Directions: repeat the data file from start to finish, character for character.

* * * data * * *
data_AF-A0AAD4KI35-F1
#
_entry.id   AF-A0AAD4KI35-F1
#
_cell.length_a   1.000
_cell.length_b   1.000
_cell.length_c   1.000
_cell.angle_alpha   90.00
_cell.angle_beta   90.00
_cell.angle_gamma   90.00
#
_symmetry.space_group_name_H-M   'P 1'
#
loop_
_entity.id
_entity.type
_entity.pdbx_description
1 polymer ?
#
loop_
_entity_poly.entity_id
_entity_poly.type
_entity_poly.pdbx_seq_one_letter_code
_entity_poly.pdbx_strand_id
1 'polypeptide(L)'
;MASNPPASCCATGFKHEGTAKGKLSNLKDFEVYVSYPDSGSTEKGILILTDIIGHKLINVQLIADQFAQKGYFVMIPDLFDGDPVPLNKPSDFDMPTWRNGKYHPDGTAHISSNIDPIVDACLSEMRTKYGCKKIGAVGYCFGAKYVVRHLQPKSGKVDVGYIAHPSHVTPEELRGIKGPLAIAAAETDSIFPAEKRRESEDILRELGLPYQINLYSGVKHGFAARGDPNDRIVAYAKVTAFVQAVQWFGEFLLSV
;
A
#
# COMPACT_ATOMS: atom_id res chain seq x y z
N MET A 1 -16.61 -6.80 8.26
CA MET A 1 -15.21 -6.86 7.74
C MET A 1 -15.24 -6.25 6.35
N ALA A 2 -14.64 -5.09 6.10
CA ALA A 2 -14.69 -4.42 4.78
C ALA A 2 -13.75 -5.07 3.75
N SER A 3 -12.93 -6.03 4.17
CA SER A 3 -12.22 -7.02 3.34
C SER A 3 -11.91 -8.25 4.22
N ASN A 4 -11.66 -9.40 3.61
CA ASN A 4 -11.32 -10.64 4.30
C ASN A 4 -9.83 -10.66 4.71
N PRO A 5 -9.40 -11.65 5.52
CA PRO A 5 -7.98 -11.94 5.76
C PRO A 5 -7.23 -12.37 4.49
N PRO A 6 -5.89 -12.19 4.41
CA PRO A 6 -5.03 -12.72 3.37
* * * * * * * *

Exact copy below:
data_AF-A0AAD4KI35-F1
#
_entry.id   AF-A0AAD4KI35-F1
#
_cell.length_a   1.000
_cell.length_b   1.000
_cell.length_c   1.000
_cell.angle_alpha   90.00
_cell.angle_beta   90.00
_cell.angle_gamma   90.00
#
_symmetry.space_group_name_H-M   'P 1'
#
loop_
_entity.id
_entity.type
_entity.pdbx_description
1 polymer ?
#
loop_
_entity_poly.entity_id
_entity_poly.type
_entity_poly.pdbx_seq_one_letter_code
_entity_poly.pdbx_strand_id
1 'polypeptide(L)'
;MASNPPASCCATGFKHEGTAKGKLSNLKDFEVYVSYPDSGSTEKGILILTDIIGHKLINVQLIADQFAQKGYFVMIPDLFDGDPVPLNKPSDFDMPTWRNGKYHPDGTAHISSNIDPIVDACLSEMRTKYGCKKIGAVGYCFGAKYVVRHLQPKSGKVDVGYIAHPSHVTPEELRGIKGPLAIAAAETDSIFPAEKRRESEDILRELGLPYQINLYSGVKHGFAARGDPNDRIVAYAKVTAFVQAVQWFGEFLLSV
;
A
#
# COMPACT_ATOMS: atom_id res chain seq x y z
N MET A 1 -16.61 -6.80 8.26
CA MET A 1 -15.21 -6.86 7.74
C MET A 1 -15.24 -6.25 6.35
N ALA A 2 -14.64 -5.09 6.10
CA ALA A 2 -14.69 -4.42 4.78
C ALA A 2 -13.75 -5.07 3.75
N SER A 3 -12.93 -6.03 4.17
CA SER A 3 -12.22 -7.02 3.34
C SER A 3 -11.91 -8.25 4.22
N ASN A 4 -11.66 -9.40 3.61
CA ASN A 4 -11.32 -10.64 4.30
C ASN A 4 -9.83 -10.66 4.71
N PRO A 5 -9.40 -11.65 5.52
CA PRO A 5 -7.98 -11.94 5.76
C PRO A 5 -7.23 -12.37 4.49
N PRO A 6 -5.89 -12.19 4.41
CA PRO A 6 -5.03 -12.72 3.37